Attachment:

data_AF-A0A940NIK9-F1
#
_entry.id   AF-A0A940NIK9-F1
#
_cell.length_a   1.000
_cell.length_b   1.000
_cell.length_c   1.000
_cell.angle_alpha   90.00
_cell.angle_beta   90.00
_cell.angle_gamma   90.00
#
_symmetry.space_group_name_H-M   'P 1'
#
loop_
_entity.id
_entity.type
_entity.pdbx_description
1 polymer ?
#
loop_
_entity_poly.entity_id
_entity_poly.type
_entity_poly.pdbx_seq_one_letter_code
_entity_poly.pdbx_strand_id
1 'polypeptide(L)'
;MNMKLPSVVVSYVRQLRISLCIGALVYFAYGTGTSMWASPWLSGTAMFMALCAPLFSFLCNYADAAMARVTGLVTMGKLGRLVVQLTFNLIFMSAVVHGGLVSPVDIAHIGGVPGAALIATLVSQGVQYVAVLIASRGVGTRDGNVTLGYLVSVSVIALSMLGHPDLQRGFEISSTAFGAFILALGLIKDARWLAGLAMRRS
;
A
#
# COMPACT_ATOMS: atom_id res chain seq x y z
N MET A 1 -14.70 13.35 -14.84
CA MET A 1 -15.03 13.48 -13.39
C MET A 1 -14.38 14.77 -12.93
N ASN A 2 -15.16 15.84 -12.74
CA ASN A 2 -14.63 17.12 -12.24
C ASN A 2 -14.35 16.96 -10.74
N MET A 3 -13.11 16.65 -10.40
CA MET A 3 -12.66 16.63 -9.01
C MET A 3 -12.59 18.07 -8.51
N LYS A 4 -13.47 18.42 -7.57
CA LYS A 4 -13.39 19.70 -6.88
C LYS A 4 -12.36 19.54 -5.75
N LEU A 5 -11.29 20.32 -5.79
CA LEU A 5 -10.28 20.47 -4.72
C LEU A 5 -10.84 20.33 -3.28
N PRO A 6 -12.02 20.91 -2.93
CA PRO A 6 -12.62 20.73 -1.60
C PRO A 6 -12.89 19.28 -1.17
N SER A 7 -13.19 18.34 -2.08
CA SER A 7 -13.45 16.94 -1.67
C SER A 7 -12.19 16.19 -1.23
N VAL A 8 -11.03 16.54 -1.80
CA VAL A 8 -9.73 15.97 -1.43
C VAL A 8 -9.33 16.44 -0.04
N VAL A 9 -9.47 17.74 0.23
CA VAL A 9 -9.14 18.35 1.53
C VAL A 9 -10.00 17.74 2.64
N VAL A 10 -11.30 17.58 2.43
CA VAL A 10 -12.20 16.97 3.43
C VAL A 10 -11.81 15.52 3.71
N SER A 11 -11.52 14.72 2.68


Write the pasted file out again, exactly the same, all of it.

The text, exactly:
data_AF-A0A940NIK9-F1
#
_entry.id   AF-A0A940NIK9-F1
#
_cell.length_a   1.000
_cell.length_b   1.000
_cell.length_c   1.000
_cell.angle_alpha   90.00
_cell.angle_beta   90.00
_cell.angle_gamma   90.00
#
_symmetry.space_group_name_H-M   'P 1'
#
loop_
_entity.id
_entity.type
_entity.pdbx_description
1 polymer ?
#
loop_
_entity_poly.entity_id
_entity_poly.type
_entity_poly.pdbx_seq_one_letter_code
_entity_poly.pdbx_strand_id
1 'polypeptide(L)'
;MNMKLPSVVVSYVRQLRISLCIGALVYFAYGTGTSMWASPWLSGTAMFMALCAPLFSFLCNYADAAMARVTGLVTMGKLGRLVVQLTFNLIFMSAVVHGGLVSPVDIAHIGGVPGAALIATLVSQGVQYVAVLIASRGVGTRDGNVTLGYLVSVSVIALSMLGHPDLQRGFEISSTAFGAFILALGLIKDARWLAGLAMRRS
;
A
#
# COMPACT_ATOMS: atom_id res chain seq x y z
N MET A 1 -14.70 13.35 -14.84
CA MET A 1 -15.03 13.48 -13.39
C MET A 1 -14.38 14.77 -12.93
N ASN A 2 -15.16 15.84 -12.74
CA ASN A 2 -14.63 17.12 -12.24
C ASN A 2 -14.35 16.96 -10.74
N MET A 3 -13.11 16.65 -10.40
CA MET A 3 -12.66 16.63 -9.01
C MET A 3 -12.59 18.07 -8.51
N LYS A 4 -13.47 18.42 -7.57
CA LYS A 4 -13.39 19.70 -6.88
C LYS A 4 -12.36 19.54 -5.75
N LEU A 5 -11.29 20.32 -5.79
CA LEU A 5 -10.28 20.47 -4.72
C LEU A 5 -10.84 20.33 -3.28
N PRO A 6 -12.02 20.91 -2.93
CA PRO A 6 -12.62 20.73 -1.60
C PRO A 6 -12.89 19.28 -1.17
N SER A 7 -13.19 18.34 -2.08
CA SER A 7 -13.45 16.94 -1.67
C SER A 7 -12.19 16.19 -1.23
N VAL A 8 -11.03 16.54 -1.80
CA VAL A 8 -9.73 15.97 -1.43
C VAL A 8 -9.33 16.44 -0.04
N VAL A 9 -9.47 17.74 0.23
CA VAL A 9 -9.14 18.35 1.53
C VAL A 9 -10.00 17.74 2.64
N VAL A 10 -11.30 17.58 2.43
CA VAL A 10 -12.20 16.97 3.43
C VAL A 10 -11.81 15.52 3.71
N SER A 11 -11.52 14.72 2.68